Prescribed fire is one of the many tools we use to manage restorations at Driftless Prairies. We are pragmatic with our burning regime. There are positives and negatives to fire management. Habitat creation is the reason for our work, therefore we do not ignore the fauna when we plan management activities. We never burn annually and never burn 100% of our land. We also never burn by rote; since nature doesn’t do anything by rote, why would we?
Prescribed fire needs to be done with a purpose and with knowledge. Putting a match to the ground is not something we do “just because we have a prairie” — be it a remnant, a planting, a savanna or woods. Two important considerations before deciding to burn are knowing when it’s needed and what the alternatives and consequences are.
We don’t find mimicking historic fire regimes helpful either. Aside from the inability to substantiate what the regime was for a particular parcel a lot has changed since the 1830s. The Driftless Area is unique because of the topography. A ridge top could have been burned any number of years while the adjacent valley may seldom if ever been burned. It can be that specific.
Prescribed fire cannot magically change degraded habitat to pristine. One simply cannot burn their way to quality habitat, nor can one burn once and expect success. Burning requires follow up with other management techniques. Whether it’s the first time burned or the fifth because burning stimulates the growth of invasive plants and unwanted woody plants, too! After a burn, plan to monitor for these.
Loud confident voices aren’t necessarily right, and anecdotal results or even data from a single prairie, farm, or ranch operation can be biased, or at least minimally extrapolatable.
Consideration needs to be given to other management tools and methods and time resources must be well thought-out; research is necessary. Often mowing can be done successfully. Follow up activities at Driftless Prairie consist of foliar spot herbiciding, overseeding, hand pulling, mowing, and/or cutting and treating. Often we need to do all of these. If there is no time for research or follow-up activities then re-evaluate your goals and your plan because follow up is vital.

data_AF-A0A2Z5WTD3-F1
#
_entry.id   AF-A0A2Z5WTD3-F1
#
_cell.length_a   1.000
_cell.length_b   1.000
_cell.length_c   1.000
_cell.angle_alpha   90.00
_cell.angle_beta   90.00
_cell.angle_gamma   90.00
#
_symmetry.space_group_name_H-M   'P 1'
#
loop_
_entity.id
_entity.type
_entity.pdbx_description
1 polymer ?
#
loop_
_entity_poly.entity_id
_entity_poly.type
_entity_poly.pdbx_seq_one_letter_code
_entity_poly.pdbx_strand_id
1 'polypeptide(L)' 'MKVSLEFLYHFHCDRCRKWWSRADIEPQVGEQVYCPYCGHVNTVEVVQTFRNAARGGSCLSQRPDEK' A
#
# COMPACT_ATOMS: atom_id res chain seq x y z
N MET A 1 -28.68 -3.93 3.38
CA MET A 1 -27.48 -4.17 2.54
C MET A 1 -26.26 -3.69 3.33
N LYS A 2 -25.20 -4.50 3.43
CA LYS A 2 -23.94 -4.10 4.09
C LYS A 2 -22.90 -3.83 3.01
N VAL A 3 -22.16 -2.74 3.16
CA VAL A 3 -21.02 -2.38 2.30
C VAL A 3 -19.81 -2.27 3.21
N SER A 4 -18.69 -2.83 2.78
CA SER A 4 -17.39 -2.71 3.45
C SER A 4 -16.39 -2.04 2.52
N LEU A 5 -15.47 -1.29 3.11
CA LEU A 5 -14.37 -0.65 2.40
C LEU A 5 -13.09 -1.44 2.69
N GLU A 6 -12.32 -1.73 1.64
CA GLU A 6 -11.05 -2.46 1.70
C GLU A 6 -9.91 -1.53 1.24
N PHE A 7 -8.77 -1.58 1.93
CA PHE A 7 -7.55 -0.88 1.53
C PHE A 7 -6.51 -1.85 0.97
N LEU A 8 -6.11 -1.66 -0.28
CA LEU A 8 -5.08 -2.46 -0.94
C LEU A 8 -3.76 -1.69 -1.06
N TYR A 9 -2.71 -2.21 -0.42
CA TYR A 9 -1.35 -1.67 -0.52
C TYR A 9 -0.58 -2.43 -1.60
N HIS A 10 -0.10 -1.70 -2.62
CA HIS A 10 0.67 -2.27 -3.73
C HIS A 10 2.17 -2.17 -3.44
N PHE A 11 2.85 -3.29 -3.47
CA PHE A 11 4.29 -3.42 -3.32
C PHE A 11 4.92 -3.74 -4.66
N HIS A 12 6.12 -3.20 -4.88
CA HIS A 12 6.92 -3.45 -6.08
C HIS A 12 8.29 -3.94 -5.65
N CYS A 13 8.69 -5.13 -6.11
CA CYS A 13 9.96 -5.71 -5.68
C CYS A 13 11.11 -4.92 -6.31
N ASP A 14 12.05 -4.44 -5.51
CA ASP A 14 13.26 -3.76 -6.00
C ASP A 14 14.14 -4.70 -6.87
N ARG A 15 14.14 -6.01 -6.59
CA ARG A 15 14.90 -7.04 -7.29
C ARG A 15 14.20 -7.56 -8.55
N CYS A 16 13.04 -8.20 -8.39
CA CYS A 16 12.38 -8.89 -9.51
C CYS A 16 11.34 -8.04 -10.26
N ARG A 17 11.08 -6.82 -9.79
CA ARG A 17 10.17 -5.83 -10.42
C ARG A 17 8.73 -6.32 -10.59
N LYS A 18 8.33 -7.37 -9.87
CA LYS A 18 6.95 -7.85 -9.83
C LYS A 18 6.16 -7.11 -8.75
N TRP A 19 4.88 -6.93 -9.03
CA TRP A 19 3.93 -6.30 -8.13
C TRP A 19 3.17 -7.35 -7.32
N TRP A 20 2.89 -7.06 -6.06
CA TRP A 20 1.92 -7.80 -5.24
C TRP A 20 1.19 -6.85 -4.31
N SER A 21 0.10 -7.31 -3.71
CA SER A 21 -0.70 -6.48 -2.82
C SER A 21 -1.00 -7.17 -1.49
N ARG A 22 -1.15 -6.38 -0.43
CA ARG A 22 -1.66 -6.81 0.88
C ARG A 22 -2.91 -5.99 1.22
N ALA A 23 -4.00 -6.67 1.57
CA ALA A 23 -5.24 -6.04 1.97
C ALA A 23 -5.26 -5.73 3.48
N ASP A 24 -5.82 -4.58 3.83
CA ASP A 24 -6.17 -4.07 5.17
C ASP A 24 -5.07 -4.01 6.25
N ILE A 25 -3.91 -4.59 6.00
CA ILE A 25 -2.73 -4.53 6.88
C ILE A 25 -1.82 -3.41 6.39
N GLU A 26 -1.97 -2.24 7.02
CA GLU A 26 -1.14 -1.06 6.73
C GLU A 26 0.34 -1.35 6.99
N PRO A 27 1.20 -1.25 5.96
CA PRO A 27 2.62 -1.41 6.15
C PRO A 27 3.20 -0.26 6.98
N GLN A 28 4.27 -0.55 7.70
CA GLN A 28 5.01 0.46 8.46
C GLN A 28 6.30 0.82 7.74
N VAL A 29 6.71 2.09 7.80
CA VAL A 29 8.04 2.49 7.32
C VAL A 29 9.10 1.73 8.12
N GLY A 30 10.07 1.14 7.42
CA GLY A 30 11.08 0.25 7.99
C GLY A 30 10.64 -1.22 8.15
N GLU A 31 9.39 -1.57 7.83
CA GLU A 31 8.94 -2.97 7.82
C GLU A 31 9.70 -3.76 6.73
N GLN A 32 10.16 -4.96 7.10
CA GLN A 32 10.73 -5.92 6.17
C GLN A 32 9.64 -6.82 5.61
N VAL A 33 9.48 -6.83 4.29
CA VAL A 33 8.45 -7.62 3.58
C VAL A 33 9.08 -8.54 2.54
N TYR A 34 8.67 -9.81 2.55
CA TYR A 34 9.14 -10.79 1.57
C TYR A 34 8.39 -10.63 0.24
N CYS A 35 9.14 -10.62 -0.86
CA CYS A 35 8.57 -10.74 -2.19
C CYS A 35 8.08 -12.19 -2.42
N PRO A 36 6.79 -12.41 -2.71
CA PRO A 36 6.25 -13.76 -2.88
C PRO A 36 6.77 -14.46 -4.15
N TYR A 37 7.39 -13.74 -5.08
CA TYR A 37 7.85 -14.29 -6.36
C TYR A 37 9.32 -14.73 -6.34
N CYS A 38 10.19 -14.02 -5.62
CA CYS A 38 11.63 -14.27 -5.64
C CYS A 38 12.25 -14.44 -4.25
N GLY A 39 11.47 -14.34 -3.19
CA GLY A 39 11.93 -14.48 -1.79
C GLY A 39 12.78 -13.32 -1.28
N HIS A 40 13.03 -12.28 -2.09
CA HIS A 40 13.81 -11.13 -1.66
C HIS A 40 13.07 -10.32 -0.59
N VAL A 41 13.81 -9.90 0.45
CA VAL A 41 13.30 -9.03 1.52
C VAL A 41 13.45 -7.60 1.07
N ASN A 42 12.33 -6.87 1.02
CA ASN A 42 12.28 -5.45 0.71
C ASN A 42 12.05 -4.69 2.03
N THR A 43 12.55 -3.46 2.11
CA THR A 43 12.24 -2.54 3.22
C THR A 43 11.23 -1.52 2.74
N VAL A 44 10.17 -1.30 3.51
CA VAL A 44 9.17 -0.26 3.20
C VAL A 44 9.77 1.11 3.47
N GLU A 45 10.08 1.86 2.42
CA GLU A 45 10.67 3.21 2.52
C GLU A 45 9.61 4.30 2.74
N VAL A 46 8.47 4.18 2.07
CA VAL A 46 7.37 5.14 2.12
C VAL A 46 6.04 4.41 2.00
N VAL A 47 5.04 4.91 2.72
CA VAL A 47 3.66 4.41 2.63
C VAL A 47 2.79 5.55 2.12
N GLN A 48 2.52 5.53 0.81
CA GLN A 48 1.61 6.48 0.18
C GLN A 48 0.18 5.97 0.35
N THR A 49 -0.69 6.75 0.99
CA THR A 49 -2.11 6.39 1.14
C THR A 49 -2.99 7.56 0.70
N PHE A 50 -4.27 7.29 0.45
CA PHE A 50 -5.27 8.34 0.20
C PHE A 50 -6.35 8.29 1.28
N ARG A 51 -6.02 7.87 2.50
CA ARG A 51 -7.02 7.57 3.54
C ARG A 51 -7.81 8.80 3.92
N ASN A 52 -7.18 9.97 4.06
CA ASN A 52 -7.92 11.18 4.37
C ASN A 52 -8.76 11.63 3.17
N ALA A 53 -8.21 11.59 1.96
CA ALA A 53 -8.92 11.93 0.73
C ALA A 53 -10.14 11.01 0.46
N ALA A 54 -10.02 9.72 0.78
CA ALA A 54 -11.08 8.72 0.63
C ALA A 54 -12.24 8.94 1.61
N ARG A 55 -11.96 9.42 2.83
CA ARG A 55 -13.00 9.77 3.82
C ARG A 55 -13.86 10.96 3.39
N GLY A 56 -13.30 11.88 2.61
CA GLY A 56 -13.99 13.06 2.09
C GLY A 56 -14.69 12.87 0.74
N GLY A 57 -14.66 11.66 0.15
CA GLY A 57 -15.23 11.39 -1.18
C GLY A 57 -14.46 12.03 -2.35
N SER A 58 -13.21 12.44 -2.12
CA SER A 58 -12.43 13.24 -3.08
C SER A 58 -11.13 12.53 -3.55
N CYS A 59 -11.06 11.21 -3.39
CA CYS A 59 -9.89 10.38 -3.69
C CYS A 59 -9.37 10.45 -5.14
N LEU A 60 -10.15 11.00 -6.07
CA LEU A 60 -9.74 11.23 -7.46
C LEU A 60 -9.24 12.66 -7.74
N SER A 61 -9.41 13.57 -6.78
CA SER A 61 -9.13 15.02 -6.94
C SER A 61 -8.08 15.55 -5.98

All management practices have consequences; prescribed burning is no different. Understanding these consequences is the only way to make informed decisions. As a means to this, we maintain a bio inventory of the property. These lists are ongoing and as we learn about the biota living on our property, we change our management practices to accommodate them. Our goal is to create habitat and biodiversity. The habitat is for the critters – the biota. To ignore them and their needs and focus only on the plants would defeat our goals. Our management plans always include substantive refugia.
It is well known that annual burns increase the C4 grasses (e.g. Indian grass, big blue, switch grass) at the expense of the forbs. It’s the forbs that generate invertebrate diversity and it’s this diversity that “feeds the world” so to speak. Insects are essential to the growth and health of baby birds, baby reptiles, baby amphibians, and baby small mammals. They are also nutrition for many adult reptiles, amphibians, and mammals. They serve the ecosystem in many other ways as well; their frass and exuviae return nutrients to the soil. It’s a system with many linkages. Changes to the habitat structure cause indirect negative effects on the biota. There is less cover which results in an increase in predation and a decrease in moisture levels necessary for herptiles. Recently, I found several studies showing prescribed fire on infertile land is ineffective and does not increase plant productivity but does diminish nutrients in the soil.
Personal Protection Equipment (PPE)
We definitely subscribe to the need for PPE! One of the best pieces of equipment is the shield on the hard hat – never burn without it!! We use it when we do brush piles in the winter as well. The shield is an incredible barrier to the heat.
We have the fire resistant pants and shirt as well. Jim wears Nomex® while I found women’s clothing at FireResistantWear.com. Be sure the clothing is large enough to fit cotton long underwear underneath. Not only will this keep your warm in the cooler burn season, it provides one more barrier should you find yourself on fire! ACK!!
Burn Breaks for Prescribed Fire
Most of the time we use the maintenance paths as burn breaks and widen them by mowing as needed. Occasionally, we need to create firebreaks though, such as when we want to burn a triangle section next to the woods but we aren’t burning the woods or visa versa. To create these, we use the backpack blower to blow away the leaves and debris. Then, if needed, we follow up with a rake. When creating a firebreak in this manner, it’s important to blow or rake the additional material away from the unit you plan to burn. This prevents additional fuel buildup at the edge which can increase the possibilities of an escape fire.
Burn Plans and Maps
Jim has become quite proficient in creating professional burn maps that attach to our burn plans. Even though Driftless Prairies is privately owned, meaning there is not specific paperwork requirement, we follow best management practices and burn within appropriate prescriptions for the various habitats.
If you want to learn more about prescribed burning, the best value and information comes from Aldo Leopold Foundation. Unlike the certification classes (S-190 and S-130), this one is tailored specifically to prescribed burns whereas the others are for wildland burns. These are very different and techniques are different.
The Aldo Leopold Foundation also has great classes for increasing your knowledge of other nature and safety issues.